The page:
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Zaria Forman's glacier drawings are cooler than cool. They're ice cold.

When you stare into one of Zaria Forman's iceberg drawings, you can almost see your breath in the air.

Using pastels on paper, Forman brings to life photorealistic drawings of glaciers, icebergs, and waves that astound the eye.

[rebelmouse-image 19528397 dam="1" original_size="750x750" caption=""B-15Y Iceberg, Antarctica no. 1" by Zaria Forman, used with permission." expand=1]"B-15Y Iceberg, Antarctica no. 1" by Zaria Forman, used with permission.


Each drawing can take anywhere from a few weeks to three months or more depending on its size and scale. Forman prefers pastels because of their simplicity and light touch. And despite the grand scale of her projects, she rarely uses an eraser.

"I love the simplicity of the process, and it has taught me a great deal about letting go," she explains over e-mail.

More than just beautiful, Forman's work is an accessible entry point to an important conversation.

She has dedicated her career to highlighting the effects of climate change through her art.By focusing on visuals of melting ice and warming water, she hopes her work will inspire others to act and protect these pristine places from further destruction.

"I hope to facilitate a deeper understanding of the climate crisis, helping us find meaning and optimism in these shifting landscapes," she writes. "I hope my drawings serve as records of landscapes in flux, documenting the transition, and inspiring our global community to take action for the future."

[rebelmouse-image 19528398 dam="1" original_size="750x460" caption=""Maldives no.15" by Zaria Forman, used with permission." expand=1]"Maldives no.15" by Zaria Forman, used with permission.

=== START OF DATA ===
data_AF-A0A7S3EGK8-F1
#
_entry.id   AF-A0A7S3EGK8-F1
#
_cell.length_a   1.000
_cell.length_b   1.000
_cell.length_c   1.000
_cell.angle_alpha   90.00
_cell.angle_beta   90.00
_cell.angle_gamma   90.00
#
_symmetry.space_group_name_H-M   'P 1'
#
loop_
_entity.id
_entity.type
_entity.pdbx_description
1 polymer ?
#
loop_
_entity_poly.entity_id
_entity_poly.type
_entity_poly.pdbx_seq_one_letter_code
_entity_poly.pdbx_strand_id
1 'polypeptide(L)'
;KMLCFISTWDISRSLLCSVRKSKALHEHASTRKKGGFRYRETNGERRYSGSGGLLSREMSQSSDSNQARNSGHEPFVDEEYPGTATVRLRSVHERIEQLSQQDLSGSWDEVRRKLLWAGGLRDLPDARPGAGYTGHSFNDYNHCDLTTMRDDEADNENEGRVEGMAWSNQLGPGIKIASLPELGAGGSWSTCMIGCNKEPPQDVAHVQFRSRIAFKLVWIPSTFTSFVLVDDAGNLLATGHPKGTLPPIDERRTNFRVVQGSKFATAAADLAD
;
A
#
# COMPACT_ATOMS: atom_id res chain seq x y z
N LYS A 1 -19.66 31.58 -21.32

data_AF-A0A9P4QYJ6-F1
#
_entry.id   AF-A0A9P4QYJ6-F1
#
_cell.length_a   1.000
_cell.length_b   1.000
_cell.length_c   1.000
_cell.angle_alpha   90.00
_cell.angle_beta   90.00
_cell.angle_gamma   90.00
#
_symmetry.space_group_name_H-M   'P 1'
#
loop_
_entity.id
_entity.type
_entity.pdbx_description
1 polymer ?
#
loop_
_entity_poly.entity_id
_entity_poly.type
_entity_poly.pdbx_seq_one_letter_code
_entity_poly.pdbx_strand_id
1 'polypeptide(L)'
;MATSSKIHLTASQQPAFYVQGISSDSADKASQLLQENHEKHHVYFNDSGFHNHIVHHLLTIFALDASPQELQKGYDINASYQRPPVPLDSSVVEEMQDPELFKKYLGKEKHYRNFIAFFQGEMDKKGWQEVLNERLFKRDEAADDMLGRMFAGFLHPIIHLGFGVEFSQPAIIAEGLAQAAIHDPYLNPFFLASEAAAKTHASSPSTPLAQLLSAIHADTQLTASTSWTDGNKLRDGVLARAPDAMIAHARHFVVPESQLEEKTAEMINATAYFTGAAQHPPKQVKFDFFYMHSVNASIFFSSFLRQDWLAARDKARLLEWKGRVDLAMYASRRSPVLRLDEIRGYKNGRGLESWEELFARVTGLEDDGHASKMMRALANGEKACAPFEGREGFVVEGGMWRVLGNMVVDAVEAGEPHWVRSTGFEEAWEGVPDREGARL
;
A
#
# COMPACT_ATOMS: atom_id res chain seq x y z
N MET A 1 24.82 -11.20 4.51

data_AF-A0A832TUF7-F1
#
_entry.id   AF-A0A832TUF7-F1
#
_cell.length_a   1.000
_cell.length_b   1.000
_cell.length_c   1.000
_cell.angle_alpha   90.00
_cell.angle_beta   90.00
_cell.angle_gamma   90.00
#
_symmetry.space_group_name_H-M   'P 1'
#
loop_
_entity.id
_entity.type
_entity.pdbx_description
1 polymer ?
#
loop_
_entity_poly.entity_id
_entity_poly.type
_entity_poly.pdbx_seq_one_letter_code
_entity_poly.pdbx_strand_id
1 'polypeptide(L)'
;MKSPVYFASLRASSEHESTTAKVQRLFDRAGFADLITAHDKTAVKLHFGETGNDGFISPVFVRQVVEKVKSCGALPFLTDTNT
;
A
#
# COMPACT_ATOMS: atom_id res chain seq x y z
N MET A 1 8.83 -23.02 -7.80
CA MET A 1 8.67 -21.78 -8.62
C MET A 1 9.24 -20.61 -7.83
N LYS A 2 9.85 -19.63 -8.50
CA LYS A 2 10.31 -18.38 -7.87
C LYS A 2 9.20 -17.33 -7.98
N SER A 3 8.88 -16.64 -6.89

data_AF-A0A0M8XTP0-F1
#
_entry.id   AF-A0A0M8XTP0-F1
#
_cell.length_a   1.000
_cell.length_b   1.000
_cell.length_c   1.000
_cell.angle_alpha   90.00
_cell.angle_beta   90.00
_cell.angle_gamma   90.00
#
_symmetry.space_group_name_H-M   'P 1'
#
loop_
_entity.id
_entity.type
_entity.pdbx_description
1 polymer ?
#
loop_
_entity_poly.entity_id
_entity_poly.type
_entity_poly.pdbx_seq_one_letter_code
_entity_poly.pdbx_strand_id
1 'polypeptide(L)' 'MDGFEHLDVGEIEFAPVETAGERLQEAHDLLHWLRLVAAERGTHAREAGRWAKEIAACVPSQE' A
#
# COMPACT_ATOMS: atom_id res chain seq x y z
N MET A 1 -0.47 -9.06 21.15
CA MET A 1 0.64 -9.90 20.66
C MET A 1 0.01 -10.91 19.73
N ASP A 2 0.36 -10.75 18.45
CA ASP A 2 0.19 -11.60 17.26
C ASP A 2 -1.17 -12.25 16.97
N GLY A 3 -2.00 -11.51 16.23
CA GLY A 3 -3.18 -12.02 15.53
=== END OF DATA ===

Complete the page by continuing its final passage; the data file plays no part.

[rebelmouse-image 19528399 dam="1" original_size="750x499" caption=""Cierva Cove, Antarctica no. 2" by Zaria Forman, used with permission." expand=1]"Cierva Cove, Antarctica no. 2" by Zaria Forman, used with permission.

Forman's work has attracted a lot of attention, with her pieces going viral across the Internet — a sure sign that her mission to use art to raise awareness about the effects of climate change is working. She's constantly looking to hone her craft and share her work and message with new audiences.

In 2015, Forman participated in a four-week art residency aboard the National Geographic Explorer, where she saw things most people only dream of seeing.

The trip was her first visit to the bottom of the planet, and two years later, words still can't do the experience justice. "In all my travels I have never experienced a landscape as epic and pristine as Antarctica," she writes.

[rebelmouse-image 19528400 dam="1" original_size="750x500" caption=""Errera Channel, Antarctica no. 2" by Zaria Forman, used with permission." expand=1]"Errera Channel, Antarctica no. 2" by Zaria Forman, used with permission.

On the trip, Forman explored Whale Bay on the western side of the peninsula. There, wind and waves carry icebergs into the bay, where they get stuck in the shallow water and melt slowly, creating "iceberg graveyards."

It's a sight she'll never forget and one she knew she had to preserve in pastels. "Our little boat circled around the most astonishing, intricately sculpted, glowing blue icebergs I have ever seen," Forman writes, still in awe of the experience. "I had no idea there were so many shades of bright sapphire blues!"

[rebelmouse-image 19528401 dam="1" original_size="750x520" caption="A process shot of Forman completing "Whale Bay, Antarctica no. 4," used with permission." expand=1]A process shot of Forman completing "Whale Bay, Antarctica no. 4," used with permission.